ALA Annual 2016

Laying the Foundation of Space Design: Design Principles

Libraries across the nation are thinking and planning about how to make our spaces more reflexive and responsive to our customers. As co-chairs of this year’s ALSC’s Charlemae Rollins President’s Program, we are very excited to be helping build President Andrew Medlar’s vision of enlivened, active learning spaces through the ALSC 2016 Charlemae Rollins’ President’s lecture “Oh the Places You’ll Go.” This theme, based on this national movement in our libraries and children’s rooms across the nation, will explore President Medlar’s vision of creating innovative and active spaces for all children in all libraries.

It is particularly fitting for Andrew’s presidency as he works in the cradle of inventive space for children: the Chicago Public Library is the professional home of Charlemae Rollins, the visionary African-American children’s librarian who tirelessly fought for racial identity and equality for children in literature and in library space. The Chicago Public Library-Hall Branch Children’s Room is named for Ms. Rollins, and is the impetus for Andrew’s approach to the ASLC President’s program. We hope you will join us for an afternoon that will range from that which is immediately practical to the highly aspirational ways in which space can be transformed for children in the 21st Century. Among the topics we will be exploring will be developing and using design principles. But what exactly does that mean?

Join us for the 2016 ALSC President’s Program to hear from Brian Lee, a Principal partner of Skidmore, Owens and Merrill, the architectural firm who builds skyscrapers around the world and neighborhood libraries as well. Brian is one of a panel of expert speakers who will address design principles and library space and help us all envision “Libraries: The Space to Be.”

Good space planning is essential in the development or redevelopment of the children’s library. But even before a space can be planned, it is essential that the real foundation be, metaphorically, laid. This starts with codifying the main beliefs that cradle your project. This is called design principles and is widely used from artists to bloggers to software developers and certainly is a mainstay in architecture and interior design. Design principals are the guiding truths for your project: the articulation or the manifestation of how you want your space to interact with the people who will use it. They can also be thought of as the guideposts for your project, and will provide multiple touchstones for you as you develop them. We have personally found that this approach not only solidifies the rules for the project, but also helps you shape your vision for service and methodology for how you approach library service to children and families.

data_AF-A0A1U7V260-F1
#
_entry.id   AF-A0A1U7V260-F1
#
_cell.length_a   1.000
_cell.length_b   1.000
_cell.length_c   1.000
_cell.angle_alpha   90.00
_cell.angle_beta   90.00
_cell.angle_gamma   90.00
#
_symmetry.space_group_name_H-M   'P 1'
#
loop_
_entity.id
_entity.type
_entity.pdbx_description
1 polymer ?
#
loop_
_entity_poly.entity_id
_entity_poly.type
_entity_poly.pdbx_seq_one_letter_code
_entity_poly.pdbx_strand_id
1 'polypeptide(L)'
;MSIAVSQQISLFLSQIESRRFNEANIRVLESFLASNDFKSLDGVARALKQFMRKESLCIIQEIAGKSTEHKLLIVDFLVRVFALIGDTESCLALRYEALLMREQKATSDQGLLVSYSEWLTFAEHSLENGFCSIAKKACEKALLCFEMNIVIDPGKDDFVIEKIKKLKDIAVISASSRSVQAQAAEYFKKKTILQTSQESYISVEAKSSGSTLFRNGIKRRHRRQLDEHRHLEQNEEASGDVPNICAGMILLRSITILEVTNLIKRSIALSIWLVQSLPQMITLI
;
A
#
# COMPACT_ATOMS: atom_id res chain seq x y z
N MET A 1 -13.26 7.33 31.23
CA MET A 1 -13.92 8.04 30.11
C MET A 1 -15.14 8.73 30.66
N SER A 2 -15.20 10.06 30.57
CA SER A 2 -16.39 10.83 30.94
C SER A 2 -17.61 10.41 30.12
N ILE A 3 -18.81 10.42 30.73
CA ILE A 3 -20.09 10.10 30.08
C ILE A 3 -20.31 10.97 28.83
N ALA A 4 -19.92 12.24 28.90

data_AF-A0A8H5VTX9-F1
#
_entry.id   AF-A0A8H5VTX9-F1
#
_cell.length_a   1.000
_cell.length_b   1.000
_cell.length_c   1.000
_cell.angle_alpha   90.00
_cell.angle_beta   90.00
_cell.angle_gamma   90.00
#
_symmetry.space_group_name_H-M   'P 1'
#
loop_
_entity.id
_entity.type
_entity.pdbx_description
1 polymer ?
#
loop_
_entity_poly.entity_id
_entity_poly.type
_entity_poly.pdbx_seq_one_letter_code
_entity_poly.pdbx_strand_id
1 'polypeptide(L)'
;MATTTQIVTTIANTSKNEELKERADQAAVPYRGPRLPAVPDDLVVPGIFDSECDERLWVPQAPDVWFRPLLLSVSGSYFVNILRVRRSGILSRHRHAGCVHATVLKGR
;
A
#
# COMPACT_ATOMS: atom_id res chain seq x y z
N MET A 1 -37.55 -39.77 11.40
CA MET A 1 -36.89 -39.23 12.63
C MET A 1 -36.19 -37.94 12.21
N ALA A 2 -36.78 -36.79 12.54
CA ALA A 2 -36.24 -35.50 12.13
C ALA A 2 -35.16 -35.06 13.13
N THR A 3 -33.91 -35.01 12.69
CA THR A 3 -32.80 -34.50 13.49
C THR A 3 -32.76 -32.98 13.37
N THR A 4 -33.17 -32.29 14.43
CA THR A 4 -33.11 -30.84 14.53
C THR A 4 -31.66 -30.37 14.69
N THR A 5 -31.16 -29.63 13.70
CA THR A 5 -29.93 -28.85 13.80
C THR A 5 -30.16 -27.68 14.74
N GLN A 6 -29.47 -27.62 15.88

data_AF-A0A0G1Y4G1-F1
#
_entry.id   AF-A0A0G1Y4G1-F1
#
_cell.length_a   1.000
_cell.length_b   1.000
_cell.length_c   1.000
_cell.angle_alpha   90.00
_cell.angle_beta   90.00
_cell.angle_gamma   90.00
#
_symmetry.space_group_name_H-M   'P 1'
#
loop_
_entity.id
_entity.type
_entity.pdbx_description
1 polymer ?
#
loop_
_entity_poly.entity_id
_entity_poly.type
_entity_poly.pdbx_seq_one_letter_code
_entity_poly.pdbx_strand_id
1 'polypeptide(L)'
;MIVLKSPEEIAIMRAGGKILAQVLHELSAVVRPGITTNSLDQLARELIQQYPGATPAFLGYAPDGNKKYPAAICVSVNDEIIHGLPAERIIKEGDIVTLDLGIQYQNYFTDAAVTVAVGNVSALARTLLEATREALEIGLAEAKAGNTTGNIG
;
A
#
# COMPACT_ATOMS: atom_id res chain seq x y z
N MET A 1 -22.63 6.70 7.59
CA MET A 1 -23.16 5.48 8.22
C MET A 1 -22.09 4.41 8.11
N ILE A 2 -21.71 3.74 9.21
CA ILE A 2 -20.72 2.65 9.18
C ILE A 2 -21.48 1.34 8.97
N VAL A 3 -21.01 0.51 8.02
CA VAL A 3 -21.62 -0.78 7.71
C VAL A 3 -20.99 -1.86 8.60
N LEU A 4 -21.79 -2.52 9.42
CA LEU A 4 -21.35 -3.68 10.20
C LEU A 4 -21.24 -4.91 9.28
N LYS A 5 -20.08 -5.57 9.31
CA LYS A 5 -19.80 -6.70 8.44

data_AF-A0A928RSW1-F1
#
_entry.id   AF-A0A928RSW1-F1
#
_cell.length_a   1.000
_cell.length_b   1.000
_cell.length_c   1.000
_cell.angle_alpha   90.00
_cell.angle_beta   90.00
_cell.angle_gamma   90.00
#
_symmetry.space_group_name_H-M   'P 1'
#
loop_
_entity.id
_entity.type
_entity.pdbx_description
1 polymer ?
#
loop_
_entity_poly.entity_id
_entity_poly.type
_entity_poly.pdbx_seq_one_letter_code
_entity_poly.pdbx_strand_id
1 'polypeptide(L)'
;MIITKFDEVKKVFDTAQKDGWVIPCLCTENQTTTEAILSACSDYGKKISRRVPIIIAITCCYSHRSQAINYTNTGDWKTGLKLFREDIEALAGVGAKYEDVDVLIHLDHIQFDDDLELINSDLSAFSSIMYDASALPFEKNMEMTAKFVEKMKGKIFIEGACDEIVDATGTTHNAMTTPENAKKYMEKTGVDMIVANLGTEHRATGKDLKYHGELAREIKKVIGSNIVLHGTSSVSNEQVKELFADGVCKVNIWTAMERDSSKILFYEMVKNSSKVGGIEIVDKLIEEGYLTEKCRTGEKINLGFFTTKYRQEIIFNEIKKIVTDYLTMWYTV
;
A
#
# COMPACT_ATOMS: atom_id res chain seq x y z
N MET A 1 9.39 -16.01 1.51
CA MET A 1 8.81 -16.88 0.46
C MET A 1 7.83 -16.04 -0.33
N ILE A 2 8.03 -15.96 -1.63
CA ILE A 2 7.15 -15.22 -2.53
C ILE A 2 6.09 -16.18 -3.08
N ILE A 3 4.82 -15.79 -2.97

Design principles are the framework, and the keystone for any complex library construction project. This proverbial flag in the ground for the project serves you well with various stakeholders, from elected officials to library directors to children’s staff to, most importantly, our users, the kids. They can keep multi-faceted projects on track and they help you visualize your new space as they relate to children and family’s needs. They can also help you decision making all through the process: from planning to programming.

What do design principles really do for you as a children’s librarian?

  • Help you visualize your goals for library space and service
  • Assist you and your library team to remain focused on a consistent vision
  • Reflect your values and principles for the library space
  • Empower you to make choices for your library and the people you serve

Sounds good, right? But how I start, you might ask. It’s actually easier than you might think. As you enter a design process, you want to think about what the absolute truths of your library space will be. This is often an iterative process for us that will change as your thinking and learning about space and the way space influences learning grows and changes. Do you see your space as a quiet, contemplative area for introspection? Is it a clanking center of STEM learning? Is it a little bit of both? Giving voice to these concepts is at the heart of design principles.

We will post again next month on making ECRR2 come alive in library space and will count down to the President’s Program with monthly updates on some of the topics about which you will learn more about at this year’s Charlemae Rollins’ President’s Program: Oh the Places You’ll Go.

We hope to see you in Orlando!

Christy Estrovitz and Liz McChesney
Co-Chairs, ALSC 2016 Charlemae Rollins President’s Program

One comment

  1. Andrew Medlar

    Thank you, Christy & Liz–see you soon in Orlando for this incredible afternoon!

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